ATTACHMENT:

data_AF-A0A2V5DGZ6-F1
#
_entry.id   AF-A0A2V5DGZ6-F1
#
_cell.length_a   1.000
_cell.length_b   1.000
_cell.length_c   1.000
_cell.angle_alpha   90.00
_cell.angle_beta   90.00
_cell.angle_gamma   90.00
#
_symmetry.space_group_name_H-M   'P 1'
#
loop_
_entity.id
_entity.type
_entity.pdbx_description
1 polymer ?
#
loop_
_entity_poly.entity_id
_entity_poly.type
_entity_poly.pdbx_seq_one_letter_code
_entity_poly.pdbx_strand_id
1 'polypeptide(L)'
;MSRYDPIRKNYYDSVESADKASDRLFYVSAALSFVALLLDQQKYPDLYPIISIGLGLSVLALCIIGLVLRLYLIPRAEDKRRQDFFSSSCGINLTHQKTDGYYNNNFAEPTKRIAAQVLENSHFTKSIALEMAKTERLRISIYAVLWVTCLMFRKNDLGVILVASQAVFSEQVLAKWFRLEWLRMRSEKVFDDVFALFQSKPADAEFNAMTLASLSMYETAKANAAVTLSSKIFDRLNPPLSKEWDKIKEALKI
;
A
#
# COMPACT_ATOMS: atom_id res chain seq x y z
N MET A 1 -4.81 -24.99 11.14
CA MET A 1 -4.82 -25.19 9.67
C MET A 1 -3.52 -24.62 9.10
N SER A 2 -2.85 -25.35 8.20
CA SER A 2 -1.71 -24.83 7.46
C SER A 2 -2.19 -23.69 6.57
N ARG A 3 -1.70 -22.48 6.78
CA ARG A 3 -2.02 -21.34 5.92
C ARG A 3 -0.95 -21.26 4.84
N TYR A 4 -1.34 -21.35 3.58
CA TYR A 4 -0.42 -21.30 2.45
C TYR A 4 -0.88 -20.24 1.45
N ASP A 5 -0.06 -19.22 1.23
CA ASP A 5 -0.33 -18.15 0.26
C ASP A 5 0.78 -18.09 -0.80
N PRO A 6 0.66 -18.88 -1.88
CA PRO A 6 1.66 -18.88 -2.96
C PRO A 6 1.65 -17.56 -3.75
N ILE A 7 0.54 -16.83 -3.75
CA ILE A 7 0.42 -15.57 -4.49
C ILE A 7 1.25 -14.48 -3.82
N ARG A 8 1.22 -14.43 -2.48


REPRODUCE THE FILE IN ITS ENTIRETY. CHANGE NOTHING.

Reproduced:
data_AF-A0A2V5DGZ6-F1
#
_entry.id   AF-A0A2V5DGZ6-F1
#
_cell.length_a   1.000
_cell.length_b   1.000
_cell.length_c   1.000
_cell.angle_alpha   90.00
_cell.angle_beta   90.00
_cell.angle_gamma   90.00
#
_symmetry.space_group_name_H-M   'P 1'
#
loop_
_entity.id
_entity.type
_entity.pdbx_description
1 polymer ?
#
loop_
_entity_poly.entity_id
_entity_poly.type
_entity_poly.pdbx_seq_one_letter_code
_entity_poly.pdbx_strand_id
1 'polypeptide(L)'
;MSRYDPIRKNYYDSVESADKASDRLFYVSAALSFVALLLDQQKYPDLYPIISIGLGLSVLALCIIGLVLRLYLIPRAEDKRRQDFFSSSCGINLTHQKTDGYYNNNFAEPTKRIAAQVLENSHFTKSIALEMAKTERLRISIYAVLWVTCLMFRKNDLGVILVASQAVFSEQVLAKWFRLEWLRMRSEKVFDDVFALFQSKPADAEFNAMTLASLSMYETAKANAAVTLSSKIFDRLNPPLSKEWDKIKEALKI
;
A
#
# COMPACT_ATOMS: atom_id res chain seq x y z
N MET A 1 -4.81 -24.99 11.14
CA MET A 1 -4.82 -25.19 9.67
C MET A 1 -3.52 -24.62 9.10
N SER A 2 -2.85 -25.35 8.20
CA SER A 2 -1.71 -24.83 7.46
C SER A 2 -2.19 -23.69 6.57
N ARG A 3 -1.70 -22.48 6.78
CA ARG A 3 -2.02 -21.34 5.92
C ARG A 3 -0.95 -21.26 4.84
N TYR A 4 -1.34 -21.35 3.58
CA TYR A 4 -0.42 -21.30 2.45
C TYR A 4 -0.88 -20.24 1.45
N ASP A 5 -0.06 -19.22 1.23
CA ASP A 5 -0.33 -18.15 0.26
C ASP A 5 0.78 -18.09 -0.80
N PRO A 6 0.66 -18.88 -1.88
CA PRO A 6 1.66 -18.88 -2.96
C PRO A 6 1.65 -17.56 -3.75
N ILE A 7 0.54 -16.83 -3.75
CA ILE A 7 0.42 -15.57 -4.49
C ILE A 7 1.25 -14.48 -3.82
N ARG A 8 1.22 -14.43 -2.48